Even when I walk
through the darkest valley,
I will not be afraid,
for you are close beside me.
Your rod and your staff
protect and comfort me. (Psalm 23:4)
When I was a child, I was deathly afraid of the dark. The kind of afraid that causes your pulse and your mind to race and, as a kid, to pull the covers up over your head before you go to sleep even though you can’t breathe as well under the bulky layers. Throughout those growing up years, I often squeezed my eyes shut and laid perfectly still, afraid to move for fear of attracting whatever unseen frights to my side.
I’d like to say that this fear was only a childhood one. But, honestly, it haunted me for many years and I slept with both a radio and a nightlight well into my 20s. I lived alone in a one-bedroom apartment in the middle of Boston and the thing that tended to scare me more than anything was the dark. I was more afraid of what I couldn’t see and what might be lurking in the darkness than what I could see walking home from the subway.
And, actually, one of my most paralyzing experiences with the darkness took place after I was married; I was in my middle 30s and my husband and I were living in Cincinnati. He had fallen asleep and as I lay in the dark I was convinced that something was lurking near. My breath came in shallow, short bursts and I squeezed my eyes as tightly closed as I could. My every muscle was tense and I could barely whisper my husband’s name, afraid to admit my fear lest whatever was there use that to its advantage.
This went on for several nights, me burrowed deeply under the covers and my eyes shut and fear enveloping me. Finally one night my husband suggested we take some serious prayer action. He suggested it felt so real because it very well could be: a looming elevated fear courtesy of the evil one and spiritual warfare.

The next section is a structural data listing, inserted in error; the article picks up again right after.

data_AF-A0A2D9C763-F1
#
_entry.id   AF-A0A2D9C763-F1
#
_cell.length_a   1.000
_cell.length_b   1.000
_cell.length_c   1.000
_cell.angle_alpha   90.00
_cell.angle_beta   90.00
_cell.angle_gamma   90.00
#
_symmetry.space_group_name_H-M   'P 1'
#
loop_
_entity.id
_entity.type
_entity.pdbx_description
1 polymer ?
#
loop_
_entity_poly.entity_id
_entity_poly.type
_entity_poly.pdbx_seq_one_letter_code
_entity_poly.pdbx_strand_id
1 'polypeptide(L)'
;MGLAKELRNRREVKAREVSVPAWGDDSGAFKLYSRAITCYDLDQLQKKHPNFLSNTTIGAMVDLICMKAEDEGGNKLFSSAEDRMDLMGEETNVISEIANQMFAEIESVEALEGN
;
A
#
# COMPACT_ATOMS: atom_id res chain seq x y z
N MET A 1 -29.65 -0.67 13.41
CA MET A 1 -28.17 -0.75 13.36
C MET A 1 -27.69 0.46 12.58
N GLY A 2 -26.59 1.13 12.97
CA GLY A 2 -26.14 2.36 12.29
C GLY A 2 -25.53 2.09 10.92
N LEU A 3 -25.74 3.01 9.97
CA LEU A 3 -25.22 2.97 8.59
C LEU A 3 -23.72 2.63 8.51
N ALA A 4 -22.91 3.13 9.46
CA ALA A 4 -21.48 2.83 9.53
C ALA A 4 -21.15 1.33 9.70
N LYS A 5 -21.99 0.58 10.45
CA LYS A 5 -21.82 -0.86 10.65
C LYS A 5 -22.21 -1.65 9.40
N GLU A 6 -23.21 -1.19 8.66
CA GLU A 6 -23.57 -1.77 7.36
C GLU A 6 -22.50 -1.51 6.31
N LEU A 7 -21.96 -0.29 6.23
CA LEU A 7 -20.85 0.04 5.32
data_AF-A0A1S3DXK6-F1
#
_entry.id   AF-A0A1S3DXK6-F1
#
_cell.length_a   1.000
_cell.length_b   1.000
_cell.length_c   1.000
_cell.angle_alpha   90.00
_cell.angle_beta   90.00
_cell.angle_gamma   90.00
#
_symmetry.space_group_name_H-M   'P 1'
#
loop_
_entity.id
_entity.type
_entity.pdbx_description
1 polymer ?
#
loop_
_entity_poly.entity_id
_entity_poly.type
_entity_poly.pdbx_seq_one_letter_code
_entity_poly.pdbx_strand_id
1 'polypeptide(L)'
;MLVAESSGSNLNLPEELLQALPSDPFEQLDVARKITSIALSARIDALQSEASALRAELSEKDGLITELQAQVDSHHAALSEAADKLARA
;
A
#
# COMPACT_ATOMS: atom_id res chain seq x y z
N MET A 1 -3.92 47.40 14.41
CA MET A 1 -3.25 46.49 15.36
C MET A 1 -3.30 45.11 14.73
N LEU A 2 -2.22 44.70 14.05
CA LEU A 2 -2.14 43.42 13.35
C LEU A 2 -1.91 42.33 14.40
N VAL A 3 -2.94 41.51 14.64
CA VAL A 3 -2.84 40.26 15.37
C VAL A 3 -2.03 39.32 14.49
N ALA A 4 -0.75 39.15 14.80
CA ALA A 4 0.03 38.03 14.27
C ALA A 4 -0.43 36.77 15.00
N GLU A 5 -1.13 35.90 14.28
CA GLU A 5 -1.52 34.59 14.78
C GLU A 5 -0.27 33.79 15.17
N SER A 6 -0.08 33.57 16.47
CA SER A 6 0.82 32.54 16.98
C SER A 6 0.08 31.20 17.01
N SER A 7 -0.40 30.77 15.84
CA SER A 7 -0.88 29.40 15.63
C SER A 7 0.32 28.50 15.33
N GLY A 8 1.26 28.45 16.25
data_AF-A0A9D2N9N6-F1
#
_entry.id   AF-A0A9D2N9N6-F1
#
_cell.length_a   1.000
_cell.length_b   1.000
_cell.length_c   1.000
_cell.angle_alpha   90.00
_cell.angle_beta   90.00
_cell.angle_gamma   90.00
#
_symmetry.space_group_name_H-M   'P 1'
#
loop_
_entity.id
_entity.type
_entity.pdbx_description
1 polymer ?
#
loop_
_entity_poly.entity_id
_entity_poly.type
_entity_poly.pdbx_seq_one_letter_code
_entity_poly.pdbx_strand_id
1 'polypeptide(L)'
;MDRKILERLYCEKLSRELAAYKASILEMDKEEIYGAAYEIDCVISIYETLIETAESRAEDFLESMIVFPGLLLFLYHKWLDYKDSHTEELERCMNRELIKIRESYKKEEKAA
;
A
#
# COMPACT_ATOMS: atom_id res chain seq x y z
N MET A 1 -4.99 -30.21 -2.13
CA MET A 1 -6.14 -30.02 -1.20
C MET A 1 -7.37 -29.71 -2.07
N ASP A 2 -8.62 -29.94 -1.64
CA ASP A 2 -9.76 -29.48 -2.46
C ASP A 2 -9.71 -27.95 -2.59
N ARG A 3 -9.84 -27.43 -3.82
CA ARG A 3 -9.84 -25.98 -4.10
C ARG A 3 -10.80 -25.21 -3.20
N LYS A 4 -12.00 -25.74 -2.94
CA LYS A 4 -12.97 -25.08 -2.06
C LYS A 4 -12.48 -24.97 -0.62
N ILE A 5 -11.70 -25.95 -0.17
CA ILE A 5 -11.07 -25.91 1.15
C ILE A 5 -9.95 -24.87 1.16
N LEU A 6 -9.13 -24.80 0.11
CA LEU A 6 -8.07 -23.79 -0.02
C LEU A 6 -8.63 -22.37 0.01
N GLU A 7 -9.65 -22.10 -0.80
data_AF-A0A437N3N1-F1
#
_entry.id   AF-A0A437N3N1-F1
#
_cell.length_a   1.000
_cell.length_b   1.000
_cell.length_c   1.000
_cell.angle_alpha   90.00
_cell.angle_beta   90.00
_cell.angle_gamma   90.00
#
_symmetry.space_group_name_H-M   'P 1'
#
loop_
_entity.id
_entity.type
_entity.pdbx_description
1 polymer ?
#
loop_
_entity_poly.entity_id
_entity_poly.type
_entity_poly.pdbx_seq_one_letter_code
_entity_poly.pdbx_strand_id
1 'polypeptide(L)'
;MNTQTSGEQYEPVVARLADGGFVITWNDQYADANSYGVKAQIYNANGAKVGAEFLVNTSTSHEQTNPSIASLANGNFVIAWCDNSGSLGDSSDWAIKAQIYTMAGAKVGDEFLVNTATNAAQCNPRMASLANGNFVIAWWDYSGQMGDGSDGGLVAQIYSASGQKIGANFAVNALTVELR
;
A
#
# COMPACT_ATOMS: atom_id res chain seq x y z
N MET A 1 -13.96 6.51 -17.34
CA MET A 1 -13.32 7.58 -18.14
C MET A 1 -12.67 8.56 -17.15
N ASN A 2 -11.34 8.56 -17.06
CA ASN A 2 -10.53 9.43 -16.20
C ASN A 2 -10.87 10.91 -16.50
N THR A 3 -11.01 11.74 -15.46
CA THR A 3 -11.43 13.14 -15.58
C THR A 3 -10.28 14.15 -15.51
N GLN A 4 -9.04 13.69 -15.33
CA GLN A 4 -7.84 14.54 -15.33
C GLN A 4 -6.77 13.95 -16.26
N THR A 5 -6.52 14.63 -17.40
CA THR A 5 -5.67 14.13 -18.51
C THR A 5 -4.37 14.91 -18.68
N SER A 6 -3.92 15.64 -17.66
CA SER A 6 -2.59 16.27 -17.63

The thought frightened me only for a moment.
For our struggle is not against flesh and blood, but against the rulers, against the authorities, against the powers of this dark world and against the spiritual forces of evil in the heavenly realms. (Ephesians 6:12)
It frightened me only until I turned my focus away from the fear and toward Jesus. My husband prayed powerful prayers in the name of Jesus and sent the enemy and his minions packing by speaking the name of Jesus and calling on the Spirit to do battle on our behalf.
That was a turning point for me.
Darkness still lurks and the enemy still prowls around.
Fear still creeps in on the shadows.
But no more am I a passive victim to my fear or to the darkness.
I did not grow up having a real relationship with Jesus. I did not grow up with examples of faith or how to live that out. After college, I began inching my way toward Him, but it was almost all about my head and little about my heart.
It took a small group of community and an awesome church and personal encounters with Jesus before my heart split open and Jesus found a home with me.
Those nights in Cincinnati were one of the longest and darkest valleys for me. They were leading me to the Shepherd and the enemy was doing his best to stop me. But the Good News whispered through the fear and the darkness: the light shines in the darkness, and the darkness has not overcome it.
Jesus was there.
He’d always been there, waiting for me to see Him. And when my husband prayed, Jesus came in like a mighty warrior and filled that room and my heart with His presence and His peace and His light.
Yes, fear still creeps in on the shadows and the darkness still makes me tremble sometimes.
But I will not be afraid. No matter how dark the valley, I will not be afraid because I know that I no longer walk through the valley or this world alone.
Take that, fear.